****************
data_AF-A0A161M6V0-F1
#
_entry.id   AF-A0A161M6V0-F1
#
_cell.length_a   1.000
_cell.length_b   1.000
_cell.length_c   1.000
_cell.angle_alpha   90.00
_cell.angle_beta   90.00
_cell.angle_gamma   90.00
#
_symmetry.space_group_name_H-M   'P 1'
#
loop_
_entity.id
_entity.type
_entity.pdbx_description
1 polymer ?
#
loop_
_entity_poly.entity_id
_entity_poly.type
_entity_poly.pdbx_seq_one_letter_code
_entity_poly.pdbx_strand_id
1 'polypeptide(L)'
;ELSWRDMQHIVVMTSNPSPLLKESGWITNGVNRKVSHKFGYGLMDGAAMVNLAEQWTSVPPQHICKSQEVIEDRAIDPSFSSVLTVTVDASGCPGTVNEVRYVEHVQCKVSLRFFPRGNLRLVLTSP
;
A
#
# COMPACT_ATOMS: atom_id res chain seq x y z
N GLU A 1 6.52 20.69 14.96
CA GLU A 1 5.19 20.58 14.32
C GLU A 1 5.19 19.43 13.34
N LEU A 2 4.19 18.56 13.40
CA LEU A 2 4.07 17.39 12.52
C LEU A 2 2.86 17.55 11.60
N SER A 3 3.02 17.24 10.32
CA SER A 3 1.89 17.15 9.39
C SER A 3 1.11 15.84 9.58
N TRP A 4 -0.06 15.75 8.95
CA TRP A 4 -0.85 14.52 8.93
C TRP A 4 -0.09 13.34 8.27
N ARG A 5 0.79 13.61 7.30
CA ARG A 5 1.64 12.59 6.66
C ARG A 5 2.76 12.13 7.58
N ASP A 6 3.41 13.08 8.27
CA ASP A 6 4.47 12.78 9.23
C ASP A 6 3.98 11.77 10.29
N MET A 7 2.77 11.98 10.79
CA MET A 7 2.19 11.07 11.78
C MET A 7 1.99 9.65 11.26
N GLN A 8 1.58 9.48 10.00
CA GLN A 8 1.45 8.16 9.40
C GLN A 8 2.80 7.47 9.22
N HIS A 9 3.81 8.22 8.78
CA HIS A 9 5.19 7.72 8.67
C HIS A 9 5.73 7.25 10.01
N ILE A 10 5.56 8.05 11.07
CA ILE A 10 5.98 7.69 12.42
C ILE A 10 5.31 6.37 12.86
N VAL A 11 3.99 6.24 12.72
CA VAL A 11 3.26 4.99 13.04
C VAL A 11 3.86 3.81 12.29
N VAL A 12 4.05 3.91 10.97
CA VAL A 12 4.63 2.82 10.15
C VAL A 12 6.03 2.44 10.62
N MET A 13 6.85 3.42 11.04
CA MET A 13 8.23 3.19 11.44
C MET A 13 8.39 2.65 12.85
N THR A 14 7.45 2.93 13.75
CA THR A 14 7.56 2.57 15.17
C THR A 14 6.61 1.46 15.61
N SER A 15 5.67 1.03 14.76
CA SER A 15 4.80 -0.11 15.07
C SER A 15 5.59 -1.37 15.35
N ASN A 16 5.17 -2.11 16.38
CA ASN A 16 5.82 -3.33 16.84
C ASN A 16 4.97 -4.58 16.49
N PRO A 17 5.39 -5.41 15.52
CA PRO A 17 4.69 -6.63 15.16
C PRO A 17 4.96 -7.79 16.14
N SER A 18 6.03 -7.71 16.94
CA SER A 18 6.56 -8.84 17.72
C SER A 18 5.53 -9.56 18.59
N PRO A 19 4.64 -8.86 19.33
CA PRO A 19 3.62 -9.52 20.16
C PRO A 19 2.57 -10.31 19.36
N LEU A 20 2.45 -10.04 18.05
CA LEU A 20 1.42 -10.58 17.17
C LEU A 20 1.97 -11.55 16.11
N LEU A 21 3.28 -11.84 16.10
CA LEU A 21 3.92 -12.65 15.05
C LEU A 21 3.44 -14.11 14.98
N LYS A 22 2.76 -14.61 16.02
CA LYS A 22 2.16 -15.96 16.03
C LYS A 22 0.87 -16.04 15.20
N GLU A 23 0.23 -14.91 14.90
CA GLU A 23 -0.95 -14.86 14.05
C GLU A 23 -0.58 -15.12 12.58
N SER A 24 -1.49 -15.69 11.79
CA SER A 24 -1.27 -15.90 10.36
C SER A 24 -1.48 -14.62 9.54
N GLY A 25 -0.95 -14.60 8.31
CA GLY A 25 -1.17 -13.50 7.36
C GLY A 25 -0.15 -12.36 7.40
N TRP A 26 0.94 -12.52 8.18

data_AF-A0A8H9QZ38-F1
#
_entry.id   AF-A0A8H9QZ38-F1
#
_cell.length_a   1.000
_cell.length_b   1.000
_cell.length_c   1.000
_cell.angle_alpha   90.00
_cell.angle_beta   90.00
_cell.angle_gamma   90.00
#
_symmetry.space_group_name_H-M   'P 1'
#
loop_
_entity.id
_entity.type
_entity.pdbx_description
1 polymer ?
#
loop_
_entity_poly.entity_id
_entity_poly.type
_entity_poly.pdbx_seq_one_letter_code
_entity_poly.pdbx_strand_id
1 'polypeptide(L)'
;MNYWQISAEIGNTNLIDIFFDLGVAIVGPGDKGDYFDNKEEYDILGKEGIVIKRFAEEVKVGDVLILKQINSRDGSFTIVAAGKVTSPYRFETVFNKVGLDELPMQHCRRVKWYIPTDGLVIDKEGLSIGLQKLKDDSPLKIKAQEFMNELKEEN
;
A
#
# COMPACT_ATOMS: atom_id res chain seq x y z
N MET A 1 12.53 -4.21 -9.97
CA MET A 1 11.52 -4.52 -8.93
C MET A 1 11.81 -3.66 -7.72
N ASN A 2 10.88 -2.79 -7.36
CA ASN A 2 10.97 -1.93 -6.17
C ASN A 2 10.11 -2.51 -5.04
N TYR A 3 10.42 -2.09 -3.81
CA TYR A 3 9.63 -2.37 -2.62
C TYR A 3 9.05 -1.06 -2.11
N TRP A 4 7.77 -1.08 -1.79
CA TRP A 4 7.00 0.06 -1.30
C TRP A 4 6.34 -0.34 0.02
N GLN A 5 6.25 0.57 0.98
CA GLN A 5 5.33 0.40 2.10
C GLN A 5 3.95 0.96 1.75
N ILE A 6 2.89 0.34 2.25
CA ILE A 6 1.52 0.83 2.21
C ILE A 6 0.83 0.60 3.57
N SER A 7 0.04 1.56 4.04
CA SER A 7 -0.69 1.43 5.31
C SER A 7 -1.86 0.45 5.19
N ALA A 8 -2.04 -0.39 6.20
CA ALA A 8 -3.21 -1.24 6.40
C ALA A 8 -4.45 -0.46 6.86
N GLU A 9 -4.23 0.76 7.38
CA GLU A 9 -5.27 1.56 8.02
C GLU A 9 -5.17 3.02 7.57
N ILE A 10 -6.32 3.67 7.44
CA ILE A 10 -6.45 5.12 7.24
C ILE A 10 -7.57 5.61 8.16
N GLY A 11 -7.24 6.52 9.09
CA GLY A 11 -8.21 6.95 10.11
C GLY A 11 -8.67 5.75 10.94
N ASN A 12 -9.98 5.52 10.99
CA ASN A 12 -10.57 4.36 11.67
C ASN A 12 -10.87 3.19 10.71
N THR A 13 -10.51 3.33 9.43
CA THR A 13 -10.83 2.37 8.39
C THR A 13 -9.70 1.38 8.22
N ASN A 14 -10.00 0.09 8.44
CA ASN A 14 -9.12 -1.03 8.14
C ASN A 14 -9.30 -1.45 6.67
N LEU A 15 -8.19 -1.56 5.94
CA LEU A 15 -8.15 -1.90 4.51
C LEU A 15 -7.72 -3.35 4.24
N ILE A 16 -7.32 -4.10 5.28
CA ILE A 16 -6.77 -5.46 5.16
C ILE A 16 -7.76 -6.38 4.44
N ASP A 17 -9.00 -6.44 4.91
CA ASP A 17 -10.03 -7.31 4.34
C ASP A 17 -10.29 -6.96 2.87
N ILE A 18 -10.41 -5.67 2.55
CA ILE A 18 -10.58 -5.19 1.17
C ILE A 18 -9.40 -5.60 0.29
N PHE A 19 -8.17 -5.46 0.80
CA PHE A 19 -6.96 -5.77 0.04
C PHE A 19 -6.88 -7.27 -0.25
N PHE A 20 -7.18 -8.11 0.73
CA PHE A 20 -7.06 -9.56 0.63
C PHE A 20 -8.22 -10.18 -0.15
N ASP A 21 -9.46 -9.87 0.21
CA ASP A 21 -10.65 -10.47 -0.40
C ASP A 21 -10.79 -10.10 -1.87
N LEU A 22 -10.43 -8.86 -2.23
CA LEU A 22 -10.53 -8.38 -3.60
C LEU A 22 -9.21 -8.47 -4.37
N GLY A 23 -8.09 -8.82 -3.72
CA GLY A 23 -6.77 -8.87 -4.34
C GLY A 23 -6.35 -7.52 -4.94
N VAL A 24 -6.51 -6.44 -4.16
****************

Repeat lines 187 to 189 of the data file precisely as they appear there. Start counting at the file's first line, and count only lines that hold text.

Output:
C ASP A 17 -10.29 -6.96 2.87
N ILE A 18 -10.41 -5.67 2.55
CA ILE A 18 -10.58 -5.19 1.17